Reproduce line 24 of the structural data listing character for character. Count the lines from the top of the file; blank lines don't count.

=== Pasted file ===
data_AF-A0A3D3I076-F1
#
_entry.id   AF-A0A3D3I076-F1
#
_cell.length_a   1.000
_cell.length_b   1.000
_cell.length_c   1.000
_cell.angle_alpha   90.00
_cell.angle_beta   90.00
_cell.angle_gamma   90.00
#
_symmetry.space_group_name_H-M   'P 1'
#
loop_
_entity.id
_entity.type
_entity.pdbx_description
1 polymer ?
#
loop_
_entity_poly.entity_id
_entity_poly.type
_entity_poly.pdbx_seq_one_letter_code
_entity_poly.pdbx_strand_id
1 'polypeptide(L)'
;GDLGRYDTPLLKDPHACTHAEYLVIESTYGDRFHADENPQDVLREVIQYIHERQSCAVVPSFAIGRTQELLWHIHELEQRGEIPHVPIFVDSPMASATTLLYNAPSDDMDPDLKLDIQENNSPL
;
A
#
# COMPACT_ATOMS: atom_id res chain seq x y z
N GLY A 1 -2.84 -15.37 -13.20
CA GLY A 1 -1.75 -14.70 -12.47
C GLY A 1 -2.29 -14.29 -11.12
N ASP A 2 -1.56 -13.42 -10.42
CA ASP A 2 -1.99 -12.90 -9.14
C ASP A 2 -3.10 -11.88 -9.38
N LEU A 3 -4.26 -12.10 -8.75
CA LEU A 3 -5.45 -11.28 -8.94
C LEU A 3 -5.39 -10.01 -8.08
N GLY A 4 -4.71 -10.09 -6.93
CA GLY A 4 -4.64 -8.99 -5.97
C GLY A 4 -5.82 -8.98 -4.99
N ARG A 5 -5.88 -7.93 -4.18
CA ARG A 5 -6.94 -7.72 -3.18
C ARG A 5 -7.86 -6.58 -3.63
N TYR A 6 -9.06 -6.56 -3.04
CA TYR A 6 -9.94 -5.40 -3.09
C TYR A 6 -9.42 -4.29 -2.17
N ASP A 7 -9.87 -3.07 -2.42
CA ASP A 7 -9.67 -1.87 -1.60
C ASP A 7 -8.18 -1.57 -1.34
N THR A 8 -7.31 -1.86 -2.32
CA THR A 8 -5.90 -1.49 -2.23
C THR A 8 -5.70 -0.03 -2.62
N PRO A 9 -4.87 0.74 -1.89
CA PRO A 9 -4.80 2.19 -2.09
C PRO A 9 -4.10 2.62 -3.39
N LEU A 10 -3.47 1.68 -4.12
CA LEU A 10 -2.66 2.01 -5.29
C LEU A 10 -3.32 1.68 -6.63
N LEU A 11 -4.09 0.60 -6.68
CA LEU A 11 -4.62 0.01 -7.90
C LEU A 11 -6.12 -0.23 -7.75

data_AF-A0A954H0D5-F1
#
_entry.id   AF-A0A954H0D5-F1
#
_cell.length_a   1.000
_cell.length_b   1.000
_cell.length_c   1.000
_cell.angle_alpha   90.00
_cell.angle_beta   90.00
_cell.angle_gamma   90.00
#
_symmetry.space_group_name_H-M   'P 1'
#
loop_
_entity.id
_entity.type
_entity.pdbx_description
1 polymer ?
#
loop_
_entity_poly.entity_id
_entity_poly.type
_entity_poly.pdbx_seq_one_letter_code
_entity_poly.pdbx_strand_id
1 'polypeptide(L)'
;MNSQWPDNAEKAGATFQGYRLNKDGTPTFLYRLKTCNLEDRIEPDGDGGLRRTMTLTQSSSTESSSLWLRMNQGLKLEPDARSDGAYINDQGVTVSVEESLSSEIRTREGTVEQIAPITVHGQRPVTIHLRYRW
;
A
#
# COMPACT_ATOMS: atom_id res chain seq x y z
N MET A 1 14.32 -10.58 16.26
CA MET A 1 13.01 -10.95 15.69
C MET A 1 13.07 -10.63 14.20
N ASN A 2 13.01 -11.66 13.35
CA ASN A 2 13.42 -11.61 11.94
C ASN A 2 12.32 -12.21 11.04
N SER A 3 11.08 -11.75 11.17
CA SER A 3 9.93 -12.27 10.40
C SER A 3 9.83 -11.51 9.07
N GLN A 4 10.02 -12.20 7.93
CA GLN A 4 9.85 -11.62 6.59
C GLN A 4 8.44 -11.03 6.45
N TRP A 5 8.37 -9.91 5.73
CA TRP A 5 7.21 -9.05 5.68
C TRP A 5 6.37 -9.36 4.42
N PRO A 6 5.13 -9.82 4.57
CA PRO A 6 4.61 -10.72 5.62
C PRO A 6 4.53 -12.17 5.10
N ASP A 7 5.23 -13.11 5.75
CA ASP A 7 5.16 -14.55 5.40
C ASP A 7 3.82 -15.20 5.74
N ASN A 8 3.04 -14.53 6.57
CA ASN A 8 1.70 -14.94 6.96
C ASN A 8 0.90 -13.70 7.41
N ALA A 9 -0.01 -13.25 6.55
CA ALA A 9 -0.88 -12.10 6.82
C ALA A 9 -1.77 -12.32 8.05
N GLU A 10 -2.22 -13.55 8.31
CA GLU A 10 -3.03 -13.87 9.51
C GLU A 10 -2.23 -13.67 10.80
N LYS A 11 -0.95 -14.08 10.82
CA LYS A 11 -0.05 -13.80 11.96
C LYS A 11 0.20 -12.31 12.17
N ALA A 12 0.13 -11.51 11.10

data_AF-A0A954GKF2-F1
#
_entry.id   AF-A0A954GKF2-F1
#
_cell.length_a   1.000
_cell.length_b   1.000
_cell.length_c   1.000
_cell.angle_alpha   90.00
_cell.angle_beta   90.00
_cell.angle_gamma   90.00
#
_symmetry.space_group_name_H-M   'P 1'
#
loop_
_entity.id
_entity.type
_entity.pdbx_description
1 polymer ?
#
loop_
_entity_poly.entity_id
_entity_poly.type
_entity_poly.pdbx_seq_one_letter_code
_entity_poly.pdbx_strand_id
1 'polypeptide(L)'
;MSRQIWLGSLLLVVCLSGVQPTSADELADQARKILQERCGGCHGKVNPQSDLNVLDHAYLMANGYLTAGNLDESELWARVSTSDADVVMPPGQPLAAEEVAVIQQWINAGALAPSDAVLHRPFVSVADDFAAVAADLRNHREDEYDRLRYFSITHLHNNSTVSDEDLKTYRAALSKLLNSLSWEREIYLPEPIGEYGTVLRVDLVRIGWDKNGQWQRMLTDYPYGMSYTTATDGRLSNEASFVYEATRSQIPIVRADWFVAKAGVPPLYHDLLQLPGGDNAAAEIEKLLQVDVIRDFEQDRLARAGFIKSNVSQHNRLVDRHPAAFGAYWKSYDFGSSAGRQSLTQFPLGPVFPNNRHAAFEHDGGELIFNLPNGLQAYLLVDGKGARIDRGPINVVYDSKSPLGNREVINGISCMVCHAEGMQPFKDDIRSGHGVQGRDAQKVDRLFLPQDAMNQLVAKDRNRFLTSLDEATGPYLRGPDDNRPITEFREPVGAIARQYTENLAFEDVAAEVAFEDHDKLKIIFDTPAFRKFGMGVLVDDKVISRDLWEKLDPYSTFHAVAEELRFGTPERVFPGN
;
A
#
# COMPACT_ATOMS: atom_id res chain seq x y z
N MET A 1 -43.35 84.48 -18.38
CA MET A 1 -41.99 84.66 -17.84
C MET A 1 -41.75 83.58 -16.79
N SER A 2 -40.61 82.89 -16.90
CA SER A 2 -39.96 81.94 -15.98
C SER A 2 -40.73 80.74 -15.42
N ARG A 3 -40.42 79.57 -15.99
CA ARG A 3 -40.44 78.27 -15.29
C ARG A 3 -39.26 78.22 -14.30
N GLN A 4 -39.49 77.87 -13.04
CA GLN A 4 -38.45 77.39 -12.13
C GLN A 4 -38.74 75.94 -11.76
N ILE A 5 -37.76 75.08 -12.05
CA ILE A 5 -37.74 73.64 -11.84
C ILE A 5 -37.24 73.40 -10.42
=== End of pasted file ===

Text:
_entity_poly.pdbx_strand_id